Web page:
What’s in the Book: The Twelve Prophets – Hosea
The prophet Hosea lived during the reign of King Jeroboam II over the Northern Kingdom of Israel. He was also a contemporary of the prophet Isaiah.
God instructed Hosea to marry the harlot Gomer. Together they had three children, whom God instructed Hosea to name Jezreel (meaning “God sows,” indicating that God will soon punish the house of Jehu, Jeroboam II’s father, for bloody deeds at the Jezreel Valley.), Lo-Ruhama, (meaning “the unpitied one,” indicating that God will have no pity on the Northern Kingdom) and Lo-Ammi (meaning “Not My People,” again indicating God’s rejection of the Northern Kingdom of Israel).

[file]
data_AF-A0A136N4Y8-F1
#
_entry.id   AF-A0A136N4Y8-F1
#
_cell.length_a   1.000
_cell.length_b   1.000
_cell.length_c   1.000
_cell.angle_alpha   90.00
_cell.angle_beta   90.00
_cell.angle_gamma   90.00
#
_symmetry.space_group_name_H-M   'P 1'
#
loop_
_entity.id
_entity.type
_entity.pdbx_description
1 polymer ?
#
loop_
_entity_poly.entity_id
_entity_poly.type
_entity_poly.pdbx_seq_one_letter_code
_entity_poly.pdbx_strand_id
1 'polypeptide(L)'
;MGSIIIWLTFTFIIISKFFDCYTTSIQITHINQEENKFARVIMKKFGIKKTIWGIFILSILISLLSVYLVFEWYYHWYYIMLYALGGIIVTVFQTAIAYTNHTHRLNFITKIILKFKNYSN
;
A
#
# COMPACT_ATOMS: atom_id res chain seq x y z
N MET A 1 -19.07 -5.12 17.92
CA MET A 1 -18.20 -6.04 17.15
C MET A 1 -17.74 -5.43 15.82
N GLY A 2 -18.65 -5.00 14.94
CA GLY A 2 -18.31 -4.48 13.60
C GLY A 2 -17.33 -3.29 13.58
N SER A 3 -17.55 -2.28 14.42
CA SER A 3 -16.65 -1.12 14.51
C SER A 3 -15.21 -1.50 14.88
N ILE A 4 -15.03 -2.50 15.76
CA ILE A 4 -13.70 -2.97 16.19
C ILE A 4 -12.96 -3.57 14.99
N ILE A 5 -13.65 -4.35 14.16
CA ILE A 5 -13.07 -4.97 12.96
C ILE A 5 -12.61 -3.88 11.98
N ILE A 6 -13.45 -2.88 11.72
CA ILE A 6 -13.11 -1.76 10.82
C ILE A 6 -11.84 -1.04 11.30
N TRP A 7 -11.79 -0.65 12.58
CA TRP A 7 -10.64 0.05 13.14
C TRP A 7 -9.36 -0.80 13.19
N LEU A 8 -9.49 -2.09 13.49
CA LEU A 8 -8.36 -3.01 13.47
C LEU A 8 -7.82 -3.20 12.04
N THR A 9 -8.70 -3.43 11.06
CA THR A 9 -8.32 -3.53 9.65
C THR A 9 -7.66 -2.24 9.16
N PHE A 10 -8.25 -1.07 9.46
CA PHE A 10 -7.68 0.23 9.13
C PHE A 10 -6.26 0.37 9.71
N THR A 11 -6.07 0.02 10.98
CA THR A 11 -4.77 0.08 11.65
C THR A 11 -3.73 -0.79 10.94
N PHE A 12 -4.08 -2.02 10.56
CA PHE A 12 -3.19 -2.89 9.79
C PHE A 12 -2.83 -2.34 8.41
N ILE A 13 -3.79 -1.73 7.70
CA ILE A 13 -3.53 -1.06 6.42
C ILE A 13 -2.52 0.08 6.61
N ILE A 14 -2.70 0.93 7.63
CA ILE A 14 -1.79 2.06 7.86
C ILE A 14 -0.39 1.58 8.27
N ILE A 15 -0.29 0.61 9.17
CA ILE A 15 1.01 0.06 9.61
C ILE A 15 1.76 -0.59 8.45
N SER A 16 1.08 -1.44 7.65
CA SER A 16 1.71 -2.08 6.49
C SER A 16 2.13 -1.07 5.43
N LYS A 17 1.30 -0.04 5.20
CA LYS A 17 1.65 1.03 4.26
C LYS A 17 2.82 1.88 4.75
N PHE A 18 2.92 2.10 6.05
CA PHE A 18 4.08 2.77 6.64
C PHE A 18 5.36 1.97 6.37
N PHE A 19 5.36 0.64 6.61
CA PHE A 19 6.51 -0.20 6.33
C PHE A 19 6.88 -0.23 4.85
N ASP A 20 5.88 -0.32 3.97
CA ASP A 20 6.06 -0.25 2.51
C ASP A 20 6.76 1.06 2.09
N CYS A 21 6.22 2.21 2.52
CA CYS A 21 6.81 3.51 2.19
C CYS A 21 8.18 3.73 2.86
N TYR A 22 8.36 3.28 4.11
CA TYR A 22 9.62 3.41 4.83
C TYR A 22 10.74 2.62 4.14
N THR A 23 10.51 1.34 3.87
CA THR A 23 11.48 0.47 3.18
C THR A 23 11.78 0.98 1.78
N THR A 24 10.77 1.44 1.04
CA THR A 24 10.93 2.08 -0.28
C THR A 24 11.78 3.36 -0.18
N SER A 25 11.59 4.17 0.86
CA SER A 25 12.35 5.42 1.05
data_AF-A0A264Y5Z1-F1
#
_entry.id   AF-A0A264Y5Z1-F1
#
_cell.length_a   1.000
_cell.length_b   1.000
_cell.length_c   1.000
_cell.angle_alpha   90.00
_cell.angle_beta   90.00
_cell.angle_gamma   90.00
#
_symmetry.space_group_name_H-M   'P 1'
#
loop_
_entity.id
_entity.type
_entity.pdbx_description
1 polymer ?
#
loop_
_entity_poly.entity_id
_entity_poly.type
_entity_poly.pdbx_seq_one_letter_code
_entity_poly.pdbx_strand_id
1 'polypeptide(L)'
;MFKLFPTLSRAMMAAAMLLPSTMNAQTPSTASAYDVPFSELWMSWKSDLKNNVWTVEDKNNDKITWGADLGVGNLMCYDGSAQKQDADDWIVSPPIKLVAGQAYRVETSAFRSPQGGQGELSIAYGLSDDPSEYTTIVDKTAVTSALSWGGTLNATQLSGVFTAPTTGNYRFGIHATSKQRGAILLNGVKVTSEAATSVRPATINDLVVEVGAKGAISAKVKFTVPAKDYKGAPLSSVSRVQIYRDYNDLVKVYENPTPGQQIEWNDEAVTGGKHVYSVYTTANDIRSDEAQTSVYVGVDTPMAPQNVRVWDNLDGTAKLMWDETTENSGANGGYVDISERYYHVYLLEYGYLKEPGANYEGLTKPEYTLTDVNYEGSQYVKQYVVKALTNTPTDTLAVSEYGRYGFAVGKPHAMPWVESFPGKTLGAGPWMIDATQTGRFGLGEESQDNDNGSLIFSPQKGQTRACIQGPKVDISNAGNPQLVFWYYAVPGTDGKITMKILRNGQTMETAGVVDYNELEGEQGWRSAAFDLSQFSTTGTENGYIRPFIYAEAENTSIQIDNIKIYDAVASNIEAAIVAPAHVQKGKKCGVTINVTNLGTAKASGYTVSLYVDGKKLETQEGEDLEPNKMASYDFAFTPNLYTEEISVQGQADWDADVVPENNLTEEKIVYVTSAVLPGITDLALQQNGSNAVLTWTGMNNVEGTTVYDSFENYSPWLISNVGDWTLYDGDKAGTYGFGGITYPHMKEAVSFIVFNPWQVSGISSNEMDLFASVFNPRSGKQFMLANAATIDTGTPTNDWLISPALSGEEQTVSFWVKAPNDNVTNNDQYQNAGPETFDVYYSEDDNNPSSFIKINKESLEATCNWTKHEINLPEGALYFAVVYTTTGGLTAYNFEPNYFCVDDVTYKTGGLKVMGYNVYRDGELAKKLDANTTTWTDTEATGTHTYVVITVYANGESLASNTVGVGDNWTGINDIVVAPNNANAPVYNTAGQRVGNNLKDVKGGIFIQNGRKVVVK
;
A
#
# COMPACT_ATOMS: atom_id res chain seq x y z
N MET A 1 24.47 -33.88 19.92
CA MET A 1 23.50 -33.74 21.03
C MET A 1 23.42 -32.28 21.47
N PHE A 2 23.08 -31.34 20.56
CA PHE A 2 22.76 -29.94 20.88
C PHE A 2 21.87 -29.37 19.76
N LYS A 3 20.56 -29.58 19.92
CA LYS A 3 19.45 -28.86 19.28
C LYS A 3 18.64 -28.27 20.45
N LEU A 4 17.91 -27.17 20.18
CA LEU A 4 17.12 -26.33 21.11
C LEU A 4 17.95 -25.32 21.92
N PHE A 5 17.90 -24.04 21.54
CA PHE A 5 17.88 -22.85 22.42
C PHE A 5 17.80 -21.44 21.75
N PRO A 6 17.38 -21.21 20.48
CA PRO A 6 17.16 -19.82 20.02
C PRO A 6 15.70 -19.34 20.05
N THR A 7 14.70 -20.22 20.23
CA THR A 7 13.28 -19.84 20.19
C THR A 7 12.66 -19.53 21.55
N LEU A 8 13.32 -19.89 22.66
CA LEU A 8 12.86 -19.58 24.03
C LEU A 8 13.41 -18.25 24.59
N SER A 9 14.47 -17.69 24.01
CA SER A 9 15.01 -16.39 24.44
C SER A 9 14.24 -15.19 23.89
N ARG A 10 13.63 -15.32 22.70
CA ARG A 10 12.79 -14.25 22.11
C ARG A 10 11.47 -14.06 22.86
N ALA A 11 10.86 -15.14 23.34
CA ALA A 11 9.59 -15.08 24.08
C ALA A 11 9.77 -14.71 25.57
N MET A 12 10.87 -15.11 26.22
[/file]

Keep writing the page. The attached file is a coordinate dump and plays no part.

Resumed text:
Despite fulfilling the foreboding instructions of God, Hosea announced that God would ultimately renew the covenant in the future, at which time, Lo-Ruhama and Lo-Ammi will be called Ruhama (I will have pity) and Ammi (My People), respectively.
After the telling of the tale of Hosea and Gomer, the prophet laments the iniquitous behavior of the Northern Kingdom, the idolatry and injustice that were to be the cause of Israel’s suffering, as well as God’s great despair at having to punish them. The Book of Hosea concludes with words of encouragement that the Children of Israel should seek forgiveness and remain faithful to God.
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